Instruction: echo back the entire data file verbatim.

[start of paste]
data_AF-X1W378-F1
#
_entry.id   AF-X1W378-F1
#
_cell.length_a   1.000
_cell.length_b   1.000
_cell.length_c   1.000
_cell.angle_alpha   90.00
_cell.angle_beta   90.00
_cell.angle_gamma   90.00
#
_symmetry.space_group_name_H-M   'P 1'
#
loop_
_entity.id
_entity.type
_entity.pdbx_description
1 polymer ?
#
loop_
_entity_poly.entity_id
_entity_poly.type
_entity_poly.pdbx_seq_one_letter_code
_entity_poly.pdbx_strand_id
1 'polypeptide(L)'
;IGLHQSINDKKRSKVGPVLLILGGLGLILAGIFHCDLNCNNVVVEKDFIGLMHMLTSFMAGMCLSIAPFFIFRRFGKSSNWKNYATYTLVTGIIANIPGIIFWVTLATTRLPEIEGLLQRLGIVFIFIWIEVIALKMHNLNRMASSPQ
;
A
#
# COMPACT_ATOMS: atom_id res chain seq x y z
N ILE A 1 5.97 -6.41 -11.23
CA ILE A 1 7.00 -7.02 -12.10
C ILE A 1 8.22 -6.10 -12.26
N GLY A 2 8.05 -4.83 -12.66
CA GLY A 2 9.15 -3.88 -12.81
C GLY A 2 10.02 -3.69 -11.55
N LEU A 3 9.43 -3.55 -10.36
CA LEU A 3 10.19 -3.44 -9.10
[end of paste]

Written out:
data_AF-X1W378-F1
#
_entry.id   AF-X1W378-F1
#
_cell.length_a   1.000
_cell.length_b   1.000
_cell.length_c   1.000
_cell.angle_alpha   90.00
_cell.angle_beta   90.00
_cell.angle_gamma   90.00
#
_symmetry.space_group_name_H-M   'P 1'
#
loop_
_entity.id
_entity.type
_entity.pdbx_description
1 polymer ?
#
loop_
_entity_poly.entity_id
_entity_poly.type
_entity_poly.pdbx_seq_one_letter_code
_entity_poly.pdbx_strand_id
1 'polypeptide(L)'
;IGLHQSINDKKRSKVGPVLLILGGLGLILAGIFHCDLNCNNVVVEKDFIGLMHMLTSFMAGMCLSIAPFFIFRRFGKSSNWKNYATYTLVTGIIANIPGIIFWVTLATTRLPEIEGLLQRLGIVFIFIWIEVIALKMHNLNRMASSPQ
;
A
#
# COMPACT_ATOMS: atom_id res chain seq x y z
N ILE A 1 5.97 -6.41 -11.23
CA ILE A 1 7.00 -7.02 -12.10
C ILE A 1 8.22 -6.10 -12.26
N GLY A 2 8.05 -4.83 -12.66
CA GLY A 2 9.15 -3.88 -12.81
C GLY A 2 10.02 -3.69 -11.55
N LEU A 3 9.43 -3.55 -10.36
CA LEU A 3 10.19 -3.44 -9.10